Denmark joined France in the last 16 of the World Cup after playing out the first goalless draw of the tournament, which was greeted by boos at the final whistle.
A draw was good enough to see a much-changed French side top Group C, while Denmark knew a point would be enough for them too, even if Australia beat Peru.
That scenario resulted in a game that lacked ambition, chances and any element of danger, not helped by news midway through the first half that Peru were winning in Sochi.
The fans in Moscow’s Luzhniki Stadium were initially enthusiastic enough, especially the red-shirted Danes who packed one end.
But they saw little in the way of goal-mouth excitement, with the first shot on target arriving in the 39th minute, when France’s Antoine Griezmann turned to fire a tame effort at Kasper Schmeichel from the edge of the area.
Denmark did fashion the best chance of the first half, when France keeper Steve Mandanda just beat Christian Eriksen to Andreas Cornelius’s excellent low cross.
But their only shot on target came after 54 minutes when Mandanda spilled Eriksen’s free-kick. The Marseille keeper recovered before Cornelius could capitalise on the rebound.
Both sides stepped up their safety-first approach as the second half progressed – bringing jeers and whistles from many neutrals in the stadium – to ensure they got the result they desired.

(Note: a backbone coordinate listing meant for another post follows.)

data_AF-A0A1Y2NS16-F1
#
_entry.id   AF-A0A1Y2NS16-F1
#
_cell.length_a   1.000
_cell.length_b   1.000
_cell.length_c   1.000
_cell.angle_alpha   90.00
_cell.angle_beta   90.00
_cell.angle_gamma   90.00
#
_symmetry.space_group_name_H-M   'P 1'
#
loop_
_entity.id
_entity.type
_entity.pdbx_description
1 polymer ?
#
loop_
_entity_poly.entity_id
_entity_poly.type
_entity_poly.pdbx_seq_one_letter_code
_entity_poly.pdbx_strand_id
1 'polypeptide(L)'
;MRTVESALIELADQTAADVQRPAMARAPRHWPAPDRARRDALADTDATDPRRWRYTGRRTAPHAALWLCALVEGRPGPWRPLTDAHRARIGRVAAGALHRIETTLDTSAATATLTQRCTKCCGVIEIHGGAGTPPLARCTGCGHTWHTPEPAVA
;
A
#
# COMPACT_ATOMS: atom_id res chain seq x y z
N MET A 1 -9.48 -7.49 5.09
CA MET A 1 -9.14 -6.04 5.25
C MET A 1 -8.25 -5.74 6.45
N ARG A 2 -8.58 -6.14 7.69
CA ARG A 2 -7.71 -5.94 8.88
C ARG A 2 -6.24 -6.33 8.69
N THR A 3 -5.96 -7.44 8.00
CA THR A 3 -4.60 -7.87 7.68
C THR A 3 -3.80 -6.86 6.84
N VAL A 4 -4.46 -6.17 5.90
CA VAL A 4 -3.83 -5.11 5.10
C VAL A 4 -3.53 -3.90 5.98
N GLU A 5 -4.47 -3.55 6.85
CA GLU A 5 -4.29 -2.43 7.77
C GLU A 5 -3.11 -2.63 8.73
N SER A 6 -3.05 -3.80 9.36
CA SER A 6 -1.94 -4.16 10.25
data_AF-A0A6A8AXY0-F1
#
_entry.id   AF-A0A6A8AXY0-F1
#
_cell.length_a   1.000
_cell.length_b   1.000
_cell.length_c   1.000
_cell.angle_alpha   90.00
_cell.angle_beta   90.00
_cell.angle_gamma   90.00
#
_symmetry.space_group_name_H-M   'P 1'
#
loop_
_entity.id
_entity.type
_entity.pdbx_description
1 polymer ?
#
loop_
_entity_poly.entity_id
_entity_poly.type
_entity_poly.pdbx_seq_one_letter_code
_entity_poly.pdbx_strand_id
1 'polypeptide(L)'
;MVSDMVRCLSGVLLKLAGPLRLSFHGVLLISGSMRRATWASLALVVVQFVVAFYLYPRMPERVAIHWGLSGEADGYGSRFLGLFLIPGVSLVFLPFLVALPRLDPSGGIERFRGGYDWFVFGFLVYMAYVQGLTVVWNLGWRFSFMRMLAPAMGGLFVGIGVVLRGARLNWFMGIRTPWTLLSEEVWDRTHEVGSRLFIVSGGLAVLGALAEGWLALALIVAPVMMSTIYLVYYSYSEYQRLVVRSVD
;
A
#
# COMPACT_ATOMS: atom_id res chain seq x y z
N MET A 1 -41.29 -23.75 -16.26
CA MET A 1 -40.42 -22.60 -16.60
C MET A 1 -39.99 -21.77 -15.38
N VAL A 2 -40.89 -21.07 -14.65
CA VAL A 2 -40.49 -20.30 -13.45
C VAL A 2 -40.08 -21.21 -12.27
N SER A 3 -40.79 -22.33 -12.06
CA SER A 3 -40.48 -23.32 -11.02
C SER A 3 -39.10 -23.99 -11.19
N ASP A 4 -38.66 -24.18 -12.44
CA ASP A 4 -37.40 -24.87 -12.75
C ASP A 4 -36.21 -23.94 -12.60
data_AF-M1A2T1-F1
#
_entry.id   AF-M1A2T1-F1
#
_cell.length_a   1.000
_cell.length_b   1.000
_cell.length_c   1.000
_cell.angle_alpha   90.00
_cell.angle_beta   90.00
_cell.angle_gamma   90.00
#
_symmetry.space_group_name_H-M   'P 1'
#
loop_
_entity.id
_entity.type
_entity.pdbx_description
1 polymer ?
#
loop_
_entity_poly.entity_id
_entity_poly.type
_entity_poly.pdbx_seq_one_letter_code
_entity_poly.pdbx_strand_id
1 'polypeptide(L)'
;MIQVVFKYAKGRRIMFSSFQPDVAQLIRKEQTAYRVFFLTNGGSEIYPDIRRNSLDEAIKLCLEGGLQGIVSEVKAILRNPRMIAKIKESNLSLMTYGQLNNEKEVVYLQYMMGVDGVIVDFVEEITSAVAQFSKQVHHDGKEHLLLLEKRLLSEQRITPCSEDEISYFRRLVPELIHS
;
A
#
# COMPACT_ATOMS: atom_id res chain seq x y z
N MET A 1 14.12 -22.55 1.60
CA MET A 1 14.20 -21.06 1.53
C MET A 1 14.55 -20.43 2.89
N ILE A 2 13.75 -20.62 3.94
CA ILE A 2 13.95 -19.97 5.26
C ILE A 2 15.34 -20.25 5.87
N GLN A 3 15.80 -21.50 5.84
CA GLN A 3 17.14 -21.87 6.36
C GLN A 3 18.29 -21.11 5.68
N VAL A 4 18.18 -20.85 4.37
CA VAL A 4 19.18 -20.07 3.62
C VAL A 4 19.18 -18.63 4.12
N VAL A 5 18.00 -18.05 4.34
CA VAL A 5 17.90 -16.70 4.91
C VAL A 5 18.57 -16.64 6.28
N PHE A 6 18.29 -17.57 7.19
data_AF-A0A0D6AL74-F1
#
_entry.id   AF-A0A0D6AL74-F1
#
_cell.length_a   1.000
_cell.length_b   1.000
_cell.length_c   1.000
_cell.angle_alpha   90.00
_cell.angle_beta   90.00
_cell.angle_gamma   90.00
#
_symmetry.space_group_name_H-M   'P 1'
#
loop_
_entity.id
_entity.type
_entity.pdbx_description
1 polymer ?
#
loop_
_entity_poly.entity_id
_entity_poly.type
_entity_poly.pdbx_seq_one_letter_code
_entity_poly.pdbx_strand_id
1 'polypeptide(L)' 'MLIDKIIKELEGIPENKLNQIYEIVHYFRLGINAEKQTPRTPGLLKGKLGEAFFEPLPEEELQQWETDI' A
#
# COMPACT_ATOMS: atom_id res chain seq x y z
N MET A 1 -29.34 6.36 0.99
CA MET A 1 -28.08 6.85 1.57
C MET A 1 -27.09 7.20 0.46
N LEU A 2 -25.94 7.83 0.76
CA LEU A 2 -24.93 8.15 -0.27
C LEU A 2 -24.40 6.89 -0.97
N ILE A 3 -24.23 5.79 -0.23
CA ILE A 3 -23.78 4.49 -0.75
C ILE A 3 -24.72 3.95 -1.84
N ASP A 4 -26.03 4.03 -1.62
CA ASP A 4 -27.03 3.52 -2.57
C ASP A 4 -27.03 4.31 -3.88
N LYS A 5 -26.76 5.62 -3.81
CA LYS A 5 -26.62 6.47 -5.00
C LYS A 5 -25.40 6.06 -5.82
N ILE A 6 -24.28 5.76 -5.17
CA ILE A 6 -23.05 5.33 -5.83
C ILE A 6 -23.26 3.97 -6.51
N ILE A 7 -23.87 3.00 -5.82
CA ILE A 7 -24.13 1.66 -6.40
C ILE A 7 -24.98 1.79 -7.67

France, who rested midfield trio Paul Pogba, Blaise Matuidi and Corentin Tolisso – all of whom were a booking away from a ban – will play the runners-up in Group D in Kazan on Saturday.
That could be any one of the four teams, while Denmark’s fate is a little clearer after Peru’s 2-0 win over Australia confirmed their qualification in second place. Age Hareide’s side will play the Group D winners, either Croatia or Nigeria, in Nizhny Novgorod on Sunday.
France must wait to find their rhythm
France had won their first two games without really finding their rhythm and Didier Deschamps’ decision to make six changes meant that was always unlikely to happen here either.
There were some brief glimpses of the quality that Deschamps has at his disposal, thanks to Griezmann’s intelligent movement behind the Denmark defence, and right-back Djibril Sidibe’s runs up the right flank.
Liverpool target Nabil Fekir also showed some nice touches when he replaced Griezmann for the last 20 minutes, and did come close to breaking the deadlock when he fired into the side-netting.
But otherwise there was little urgency on display, and no sense the France players had any desire to clinch their third successive win.
More to follow.